It’s hard to find anything wrong with Visa’s business model. The company offers a secure, payment network that is accepted virtually everywhere in the United States. The firm makes money every time a Visa user swipes his or her debit or credit card. The only competition Visa faces is cash and mobile payment solutions, which V.me will address and has yet to take a stranglehold.
Visa benefits from two fantastic competitive advantages: a network effect and costly initial investment. The network effect is incredibly strong for Visa. As of its last update, Visa had more than 2 billion cards outstanding accepted by retailers across the world. The number is roughly double the number of Mastercards and over 20 times the amount of American Express cards outstanding. This network effect took years, as well as billions of dollars to create—something that won’t easily be replicated.
Most importantly, the company generates incredible operating margins in the 60% range, leading to large levels of free cash flow generation. Visa continues to possess valuation upside and is one of the most shareholder-friendly companies in our coverage universe.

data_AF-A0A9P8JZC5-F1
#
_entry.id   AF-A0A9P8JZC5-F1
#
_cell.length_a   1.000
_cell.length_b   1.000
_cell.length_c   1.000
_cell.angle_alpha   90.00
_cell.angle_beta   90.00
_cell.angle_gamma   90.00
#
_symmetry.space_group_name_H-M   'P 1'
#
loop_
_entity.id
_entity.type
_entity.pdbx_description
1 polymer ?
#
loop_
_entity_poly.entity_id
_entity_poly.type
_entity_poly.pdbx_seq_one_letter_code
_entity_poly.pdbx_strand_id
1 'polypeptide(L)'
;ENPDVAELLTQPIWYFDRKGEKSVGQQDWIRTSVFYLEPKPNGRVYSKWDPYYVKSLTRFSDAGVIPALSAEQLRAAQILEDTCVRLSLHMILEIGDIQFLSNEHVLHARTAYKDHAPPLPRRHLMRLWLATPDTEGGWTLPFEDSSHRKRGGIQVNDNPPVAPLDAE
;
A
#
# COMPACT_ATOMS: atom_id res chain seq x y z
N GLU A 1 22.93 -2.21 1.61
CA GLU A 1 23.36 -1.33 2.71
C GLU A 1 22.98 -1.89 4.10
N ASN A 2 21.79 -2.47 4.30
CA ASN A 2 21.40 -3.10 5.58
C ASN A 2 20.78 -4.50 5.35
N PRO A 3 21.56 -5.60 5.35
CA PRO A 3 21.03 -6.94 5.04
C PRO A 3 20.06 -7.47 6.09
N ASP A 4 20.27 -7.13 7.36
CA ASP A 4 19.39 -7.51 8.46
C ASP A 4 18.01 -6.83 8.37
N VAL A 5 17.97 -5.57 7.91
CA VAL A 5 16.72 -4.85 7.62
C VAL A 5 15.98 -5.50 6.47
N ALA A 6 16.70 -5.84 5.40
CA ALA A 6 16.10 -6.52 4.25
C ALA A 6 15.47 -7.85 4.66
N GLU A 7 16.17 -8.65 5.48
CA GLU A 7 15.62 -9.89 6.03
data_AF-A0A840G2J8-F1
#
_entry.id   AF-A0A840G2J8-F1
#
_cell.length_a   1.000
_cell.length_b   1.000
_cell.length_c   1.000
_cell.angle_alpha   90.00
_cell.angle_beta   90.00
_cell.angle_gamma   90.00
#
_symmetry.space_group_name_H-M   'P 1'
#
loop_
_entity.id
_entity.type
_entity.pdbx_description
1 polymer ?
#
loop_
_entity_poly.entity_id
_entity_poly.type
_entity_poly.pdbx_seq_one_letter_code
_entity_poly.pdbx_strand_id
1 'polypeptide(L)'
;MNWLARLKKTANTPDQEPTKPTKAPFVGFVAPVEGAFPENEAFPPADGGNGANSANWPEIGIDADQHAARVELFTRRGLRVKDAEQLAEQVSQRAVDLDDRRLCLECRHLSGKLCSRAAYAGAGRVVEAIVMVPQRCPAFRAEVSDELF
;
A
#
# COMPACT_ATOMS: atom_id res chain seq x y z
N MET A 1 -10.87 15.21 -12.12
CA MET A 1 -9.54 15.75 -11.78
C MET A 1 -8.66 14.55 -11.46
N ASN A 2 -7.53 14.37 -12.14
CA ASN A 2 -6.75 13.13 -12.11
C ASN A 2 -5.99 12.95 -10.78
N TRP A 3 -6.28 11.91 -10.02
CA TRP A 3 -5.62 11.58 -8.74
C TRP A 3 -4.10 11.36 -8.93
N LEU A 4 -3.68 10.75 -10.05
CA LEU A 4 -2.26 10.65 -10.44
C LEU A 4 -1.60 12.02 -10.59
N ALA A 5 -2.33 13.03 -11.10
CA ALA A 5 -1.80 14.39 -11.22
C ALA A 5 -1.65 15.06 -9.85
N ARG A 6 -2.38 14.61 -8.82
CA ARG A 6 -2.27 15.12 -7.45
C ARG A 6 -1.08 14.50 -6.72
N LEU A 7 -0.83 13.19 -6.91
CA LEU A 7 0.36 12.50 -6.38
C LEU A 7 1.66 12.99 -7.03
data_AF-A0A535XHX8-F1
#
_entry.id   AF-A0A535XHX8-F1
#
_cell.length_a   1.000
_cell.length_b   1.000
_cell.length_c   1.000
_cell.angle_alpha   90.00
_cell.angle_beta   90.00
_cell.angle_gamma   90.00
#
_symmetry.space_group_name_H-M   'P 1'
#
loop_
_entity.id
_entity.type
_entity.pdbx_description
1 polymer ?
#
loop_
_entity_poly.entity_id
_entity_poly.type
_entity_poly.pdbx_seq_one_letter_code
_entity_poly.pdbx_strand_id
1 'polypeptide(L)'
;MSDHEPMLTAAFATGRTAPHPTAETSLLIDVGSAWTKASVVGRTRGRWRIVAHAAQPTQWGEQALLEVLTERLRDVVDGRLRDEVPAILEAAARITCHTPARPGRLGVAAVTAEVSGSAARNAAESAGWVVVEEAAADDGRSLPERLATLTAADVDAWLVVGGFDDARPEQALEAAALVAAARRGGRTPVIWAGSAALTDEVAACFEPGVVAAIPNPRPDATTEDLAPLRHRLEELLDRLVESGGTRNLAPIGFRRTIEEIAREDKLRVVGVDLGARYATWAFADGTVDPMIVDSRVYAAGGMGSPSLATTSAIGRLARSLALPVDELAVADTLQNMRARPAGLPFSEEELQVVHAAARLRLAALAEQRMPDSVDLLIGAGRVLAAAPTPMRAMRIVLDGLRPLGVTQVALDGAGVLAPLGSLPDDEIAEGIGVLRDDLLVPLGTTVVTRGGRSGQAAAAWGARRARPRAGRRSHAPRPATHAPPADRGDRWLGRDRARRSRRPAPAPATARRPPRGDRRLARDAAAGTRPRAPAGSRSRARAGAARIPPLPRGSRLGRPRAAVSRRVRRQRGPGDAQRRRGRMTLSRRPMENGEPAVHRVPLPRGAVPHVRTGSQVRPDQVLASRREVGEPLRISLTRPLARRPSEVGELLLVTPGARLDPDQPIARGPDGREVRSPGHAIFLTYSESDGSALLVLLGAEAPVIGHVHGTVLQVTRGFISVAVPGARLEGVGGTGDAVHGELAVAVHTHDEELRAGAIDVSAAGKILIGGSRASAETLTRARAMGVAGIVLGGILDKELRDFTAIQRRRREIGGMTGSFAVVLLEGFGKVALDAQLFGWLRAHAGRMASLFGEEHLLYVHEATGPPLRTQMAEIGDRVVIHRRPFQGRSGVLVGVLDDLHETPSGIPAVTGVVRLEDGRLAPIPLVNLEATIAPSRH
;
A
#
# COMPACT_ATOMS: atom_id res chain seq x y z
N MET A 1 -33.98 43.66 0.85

About the Dividend Growth Newsletter
At Valuentum, we seek to deliver to our members the best investment ideas. And the Dividend Growth Newsletter does just that for income investors. We provide the following in each edition of our monthly newsletter, released on the 1st of each month:
The Benefits of Dividend Growth Investing
History has revealed that the best performing stocks during the previous decades have been those that shelled out ever-increasing cash to shareholders in the form of dividends. In a recent study, S&P 500 stocks that initiated dividends or grew them over time registered roughly a 9.6% annualized return since 1972 (through 2010), while stocks that did not pay out dividends or cut them performed poorly over the same time period.
Such analysis is difficult to ignore, and we believe investors may be well-rewarded in future periods by finding the best dividend-growth stocks out there. As such, we've developed a rigorous dividend investment methodology that uncovers firms that not only have the safest dividends but also ones that are poised to grow them long into the future.
How did we do this? Well, first of all, we scoured our stock universe for firms that have cut their dividends in the past to uncover the major drivers behind the dividend cut. This is what we found out: The major reasons why firms cut their dividend had to do with preserving cash in the midst of a secular or cyclical downturn in demand for their products/services or when faced with excessive leverage (how much debt they held on their respective balance sheets).
The Importance of Forward-Looking Dividend Analysis
Armed with this knowledge, we developed the forward-looking Valuentum Dividend Cushion™, which is a ratio that gauges the safety of a dividend over time.